Populations at Risk Current Crisis


Mass atrocity crimes are being committed in Yemen as pro-government forces and a regional military coalition fight against Houthi rebels, who still control much of the country.
Despite several temporary ceasefire agreements and intermittent UN-brokered peace talks between the government and Houthi rebels, the conflict in Yemen continues to leave civilians facing mass atrocity crimes. The last attempted ceasefire, which started on 19 November 2016, collapsed within 48 hours.

During recent months, fighting has escalated across Taizz governorate. Indiscriminate shelling continues, and the UN Office for the Coordination of Humanitarian Affairs (OCHA) has reported that approximately 70 percent of the wounded in Taizz city are women and children. On 18 July at least 18 civilians were killed in an airstrike by the Saudi Arabia-led military coalition in the Mawza district of Taizz governorate. According to the Office of the UN High Commissioner for Human Rights (OHCHR) there did not appear to be any military targets in the immediate vicinity of where the strike took place. On 4 August a further 12 civilians were killed in Saudi-led coalition airstrikes on a home and private vehicle in Saada governorate.

Violence between Houthi rebels and various pro-government forces, as well as Saudi-led coalition airstrikes, has killed more than 10,000 people, including over 5,000 civilians, since March 2015. More than 2.9 million Yemenis have been forcibly displaced while an estimated 18.8 million people - over two thirds of the population - require humanitarian assistance. Since a cholera outbreak began in May, over 503,000 cases have been reported and approximately 2,000 people have died. At least 8 million people currently lack access to clean drinking water and sanitation.

According to the UN Children's Fund (UNICEF), the conflict's death toll includes at least 1,300 children. During March UNICEF warned that as many as 462,000 children in Yemen are at risk of death due to severe acute malnutrition, and on 13 June it reported that almost half of those affected by cholera are children. Additionally, on 27 March UNICEF reported that over 1,500 child soldiers were recruited during 2016 and called for their immediate release. The actual number of child soldiers is likely to be much higher, as most families do not report their recruitment for fear of reprisals. The use of children in armed conflict is a war crime.

During 2014, amidst a UN-facilitated political transition process, the Houthis, an armed Shia movement from northeast Yemen, and military units loyal to former President Ali Abdullah Saleh, took control of the governorates of Sa'ada, Hodeida, Dhamar, Amran and Sana'a. On 26 March 2015 Saudi Arabia and a coalition of nine other countries responded to a government request for regional military intervention. Growing violence forced President Abed Rabbo Mansour Hadi to seek temporary refuge in Riyadh. Despite military setbacks, Houthis and pro-Saleh forces still control much of western Yemen.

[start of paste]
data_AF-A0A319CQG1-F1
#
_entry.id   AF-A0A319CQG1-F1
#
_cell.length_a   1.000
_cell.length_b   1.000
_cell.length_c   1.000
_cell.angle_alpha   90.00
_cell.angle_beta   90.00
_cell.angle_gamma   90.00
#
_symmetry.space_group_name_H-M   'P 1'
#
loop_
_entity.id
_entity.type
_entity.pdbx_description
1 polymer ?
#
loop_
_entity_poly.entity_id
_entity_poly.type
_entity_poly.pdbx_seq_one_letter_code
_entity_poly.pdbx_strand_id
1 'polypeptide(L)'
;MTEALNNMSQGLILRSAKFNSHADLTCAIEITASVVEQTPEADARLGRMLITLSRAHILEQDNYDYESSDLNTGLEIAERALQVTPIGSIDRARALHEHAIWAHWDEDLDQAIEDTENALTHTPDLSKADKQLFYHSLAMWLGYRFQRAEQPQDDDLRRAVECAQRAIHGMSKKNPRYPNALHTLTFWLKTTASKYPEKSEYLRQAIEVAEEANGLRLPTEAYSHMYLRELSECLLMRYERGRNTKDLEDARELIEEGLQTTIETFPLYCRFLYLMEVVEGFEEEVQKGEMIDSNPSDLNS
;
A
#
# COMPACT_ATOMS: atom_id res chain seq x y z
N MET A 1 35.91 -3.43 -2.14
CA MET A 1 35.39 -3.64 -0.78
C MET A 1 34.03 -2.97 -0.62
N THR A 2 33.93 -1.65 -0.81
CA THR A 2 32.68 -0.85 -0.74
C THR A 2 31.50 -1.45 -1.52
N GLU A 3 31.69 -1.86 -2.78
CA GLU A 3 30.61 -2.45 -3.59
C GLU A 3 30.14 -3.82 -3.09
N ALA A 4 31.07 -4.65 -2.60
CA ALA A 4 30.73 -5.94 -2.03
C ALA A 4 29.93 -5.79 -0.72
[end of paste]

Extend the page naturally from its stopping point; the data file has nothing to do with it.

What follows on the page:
Throughout the conflict Houthi and government-allied forces have targeted civilian infrastructure, including schools and hospitals, as well as international humanitarian workers. The UN High Commissioner for Human Rights, Zeid Ra'ad Al Hussein, has said that respect for the distinction between civilian and military targets has been "woefully inadequate" by both sides. Additionally, according to OHCHR the conflict has increased religious persecution of the country's Bahá'í population. A sharp increase in arbitrary arrests of Bahá'ís has led many families to flee their homes in Houthi-controlled Sana'a.

OHCHR has reported that both sides have committed violations of international humanitarian law (IHL) and violations and abuses of international human rights law. On 19 December Saudi Arabia confirmed that it had used illegal cluster munitions in Yemen. On 20 April Human Rights Watch reported that Houthi-Saleh forces have used banned anti-personnel mines, hindering the return of displaced civilians. The confidential mid-term report by the UN Panel of Experts on Yemen also attributed responsibility to the Saudi-led coalition for the 16 March attack on a boat of refugees, which killed 42 people.

The UN and Gulf Cooperation Council have made numerous attempts to broker peace between parties to the conflict, but talks have been suspended since 6 August 2016. During May the UN Special Envoy to Yemen, Ismail Ould Cheikh Ahmed, visited Saudi Arabia, Qatar and Yemen.

Other armed groups continue to take advantage of the conflict to perpetrate violence against civilians. Al-Qaeda in the Arabian Peninsula (AQAP) has gained significant influence, though it has retreated from several cities it temporarily controlled in 2015. Since March 2015 Islamic State of Iraq and the Levant (ISIL) has also claimed responsibility for a series of attacks on Shia mosques and has detonated car bombs in Sana'a and Aden.